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Judging New WealthPopular Publishing and Responses to Commerce in England, 1750–1800$
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James Raven

Print publication date: 1992

Print ISBN-13: 9780198202370

Published to Oxford Scholarship Online: October 2011

DOI: 10.1093/acprof:oso/9780198202370.001.0001

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Vulgarity and Social Grammar

Vulgarity and Social Grammar

Chapter:
(p.138) 7 Vulgarity and Social Grammar
Source:
Judging New Wealth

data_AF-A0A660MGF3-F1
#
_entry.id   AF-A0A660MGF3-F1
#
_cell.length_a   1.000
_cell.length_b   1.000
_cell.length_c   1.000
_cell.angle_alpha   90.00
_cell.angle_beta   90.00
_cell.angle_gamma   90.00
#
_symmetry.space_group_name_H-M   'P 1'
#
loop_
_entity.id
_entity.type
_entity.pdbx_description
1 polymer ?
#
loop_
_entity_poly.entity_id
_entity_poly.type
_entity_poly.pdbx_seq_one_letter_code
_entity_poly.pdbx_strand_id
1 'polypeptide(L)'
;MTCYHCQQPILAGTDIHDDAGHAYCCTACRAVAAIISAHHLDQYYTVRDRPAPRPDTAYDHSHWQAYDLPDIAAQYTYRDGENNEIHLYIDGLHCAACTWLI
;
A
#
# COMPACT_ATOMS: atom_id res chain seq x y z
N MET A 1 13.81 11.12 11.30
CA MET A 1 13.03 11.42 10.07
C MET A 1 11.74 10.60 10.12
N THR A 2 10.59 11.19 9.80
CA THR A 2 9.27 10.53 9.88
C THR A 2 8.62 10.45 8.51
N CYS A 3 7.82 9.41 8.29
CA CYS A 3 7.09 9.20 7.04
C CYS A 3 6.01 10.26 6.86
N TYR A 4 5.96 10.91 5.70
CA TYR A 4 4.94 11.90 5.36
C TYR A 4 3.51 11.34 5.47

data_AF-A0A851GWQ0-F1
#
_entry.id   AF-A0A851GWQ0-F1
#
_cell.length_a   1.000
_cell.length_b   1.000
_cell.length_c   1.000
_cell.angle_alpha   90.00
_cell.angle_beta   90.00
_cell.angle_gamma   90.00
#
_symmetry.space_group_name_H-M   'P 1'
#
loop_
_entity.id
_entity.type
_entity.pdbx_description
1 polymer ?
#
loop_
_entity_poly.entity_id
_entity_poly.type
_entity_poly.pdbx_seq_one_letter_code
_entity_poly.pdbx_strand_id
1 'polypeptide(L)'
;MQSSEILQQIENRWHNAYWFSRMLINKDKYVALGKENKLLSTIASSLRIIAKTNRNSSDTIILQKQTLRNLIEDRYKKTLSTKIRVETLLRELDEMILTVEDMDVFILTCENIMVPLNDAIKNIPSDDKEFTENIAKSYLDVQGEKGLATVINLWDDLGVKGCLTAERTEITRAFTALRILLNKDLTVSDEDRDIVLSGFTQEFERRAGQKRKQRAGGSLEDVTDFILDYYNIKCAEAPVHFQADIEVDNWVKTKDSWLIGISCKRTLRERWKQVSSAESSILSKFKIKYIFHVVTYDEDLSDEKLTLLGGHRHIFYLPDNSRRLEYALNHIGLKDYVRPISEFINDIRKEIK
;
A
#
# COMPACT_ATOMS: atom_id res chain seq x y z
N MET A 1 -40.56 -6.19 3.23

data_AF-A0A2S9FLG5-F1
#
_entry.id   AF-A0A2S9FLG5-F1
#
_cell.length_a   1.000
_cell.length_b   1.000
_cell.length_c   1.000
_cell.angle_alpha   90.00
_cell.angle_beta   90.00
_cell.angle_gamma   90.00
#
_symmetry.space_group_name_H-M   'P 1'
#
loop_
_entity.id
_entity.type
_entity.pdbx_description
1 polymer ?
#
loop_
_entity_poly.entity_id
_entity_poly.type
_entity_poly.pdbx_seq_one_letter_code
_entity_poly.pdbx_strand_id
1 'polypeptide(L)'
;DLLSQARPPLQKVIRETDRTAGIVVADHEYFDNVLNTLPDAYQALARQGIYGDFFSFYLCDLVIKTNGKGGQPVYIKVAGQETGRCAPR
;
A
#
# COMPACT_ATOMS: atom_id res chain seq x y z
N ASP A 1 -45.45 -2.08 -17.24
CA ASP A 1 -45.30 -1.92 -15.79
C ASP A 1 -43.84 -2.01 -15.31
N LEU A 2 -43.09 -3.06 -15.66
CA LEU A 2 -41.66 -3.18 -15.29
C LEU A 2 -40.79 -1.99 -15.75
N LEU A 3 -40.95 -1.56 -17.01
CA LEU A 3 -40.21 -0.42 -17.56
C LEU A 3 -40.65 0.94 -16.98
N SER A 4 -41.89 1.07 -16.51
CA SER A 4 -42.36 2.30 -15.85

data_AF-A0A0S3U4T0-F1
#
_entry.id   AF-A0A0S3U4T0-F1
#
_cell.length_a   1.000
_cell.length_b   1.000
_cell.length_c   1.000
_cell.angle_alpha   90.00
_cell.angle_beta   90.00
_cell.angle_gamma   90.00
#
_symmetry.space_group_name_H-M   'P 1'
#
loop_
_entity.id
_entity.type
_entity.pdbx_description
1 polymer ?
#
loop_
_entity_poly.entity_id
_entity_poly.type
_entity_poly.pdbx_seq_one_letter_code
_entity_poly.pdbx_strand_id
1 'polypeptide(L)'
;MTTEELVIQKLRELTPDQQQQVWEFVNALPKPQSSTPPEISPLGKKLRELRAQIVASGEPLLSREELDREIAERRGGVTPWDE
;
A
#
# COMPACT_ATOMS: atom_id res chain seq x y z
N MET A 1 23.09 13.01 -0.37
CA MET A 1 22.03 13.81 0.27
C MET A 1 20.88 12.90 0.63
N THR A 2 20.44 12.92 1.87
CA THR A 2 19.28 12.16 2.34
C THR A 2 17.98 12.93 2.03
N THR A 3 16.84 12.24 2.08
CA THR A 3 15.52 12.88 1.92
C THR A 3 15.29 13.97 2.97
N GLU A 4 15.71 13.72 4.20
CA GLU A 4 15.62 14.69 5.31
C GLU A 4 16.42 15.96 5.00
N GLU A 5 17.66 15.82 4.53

Author(s):

James Raven

Publisher:
Oxford University Press
DOI:10.1093/acprof:oso/9780198202370.003.0007

This chapter focuses on notions of vulgarity in the late 18th century. The use of ‘vulgar’ to mean ‘ordinary’ or ‘commonplace’ was still in evidence in the 18th century. As a description of the lower social orders, however, the idea of ‘the vulgar’ was increasingly linked to deviance from standards of taste. In much imaginative literature of the period, ‘vulgarity’ became less a specification of class and status than a measure of disparity between social actions and station. Most late 18th-century writers mocking manufacturers' dialect speech presupposed a uniformity of accepted polite English. The period saw the escalation of London-based pleas for standardized grammar and pronunciation.

Keywords:   vulgar, grammar, social station, tradesmen, manufacturers, dialect speech, vulgarity, pronunciation

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